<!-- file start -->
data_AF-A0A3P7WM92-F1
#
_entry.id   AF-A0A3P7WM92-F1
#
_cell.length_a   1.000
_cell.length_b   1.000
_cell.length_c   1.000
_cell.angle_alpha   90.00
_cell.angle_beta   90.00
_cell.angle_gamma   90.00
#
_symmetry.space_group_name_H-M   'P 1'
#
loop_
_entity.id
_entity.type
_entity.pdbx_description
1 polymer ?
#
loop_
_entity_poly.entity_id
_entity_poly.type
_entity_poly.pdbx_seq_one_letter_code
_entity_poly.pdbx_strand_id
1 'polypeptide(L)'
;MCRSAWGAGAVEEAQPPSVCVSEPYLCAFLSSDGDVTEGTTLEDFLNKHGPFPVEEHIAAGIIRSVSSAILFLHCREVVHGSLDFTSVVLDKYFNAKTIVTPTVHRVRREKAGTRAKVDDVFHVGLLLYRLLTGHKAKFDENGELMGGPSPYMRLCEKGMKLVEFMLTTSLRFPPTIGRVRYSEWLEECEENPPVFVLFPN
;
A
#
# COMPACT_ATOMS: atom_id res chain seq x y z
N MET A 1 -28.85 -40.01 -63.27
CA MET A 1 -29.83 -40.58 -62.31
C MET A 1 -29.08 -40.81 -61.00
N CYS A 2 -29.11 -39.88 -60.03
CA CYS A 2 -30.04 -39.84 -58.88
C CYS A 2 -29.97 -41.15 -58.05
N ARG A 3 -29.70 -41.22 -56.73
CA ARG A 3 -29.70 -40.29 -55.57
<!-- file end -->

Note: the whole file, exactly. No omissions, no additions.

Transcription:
data_AF-A0A3P7WM92-F1
#
_entry.id   AF-A0A3P7WM92-F1
#
_cell.length_a   1.000
_cell.length_b   1.000
_cell.length_c   1.000
_cell.angle_alpha   90.00
_cell.angle_beta   90.00
_cell.angle_gamma   90.00
#
_symmetry.space_group_name_H-M   'P 1'
#
loop_
_entity.id
_entity.type
_entity.pdbx_description
1 polymer ?
#
loop_
_entity_poly.entity_id
_entity_poly.type
_entity_poly.pdbx_seq_one_letter_code
_entity_poly.pdbx_strand_id
1 'polypeptide(L)'
;MCRSAWGAGAVEEAQPPSVCVSEPYLCAFLSSDGDVTEGTTLEDFLNKHGPFPVEEHIAAGIIRSVSSAILFLHCREVVHGSLDFTSVVLDKYFNAKTIVTPTVHRVRREKAGTRAKVDDVFHVGLLLYRLLTGHKAKFDENGELMGGPSPYMRLCEKGMKLVEFMLTTSLRFPPTIGRVRYSEWLEECEENPPVFVLFPN
;
A
#
# COMPACT_ATOMS: atom_id res chain seq x y z
N MET A 1 -28.85 -40.01 -63.27
CA MET A 1 -29.83 -40.58 -62.31
C MET A 1 -29.08 -40.81 -61.00
N CYS A 2 -29.11 -39.88 -60.03
CA CYS A 2 -30.04 -39.84 -58.88
C CYS A 2 -29.97 -41.15 -58.05
N ARG A 3 -29.70 -41.22 -56.73
CA ARG A 3 -29.70 -40.29 -55.57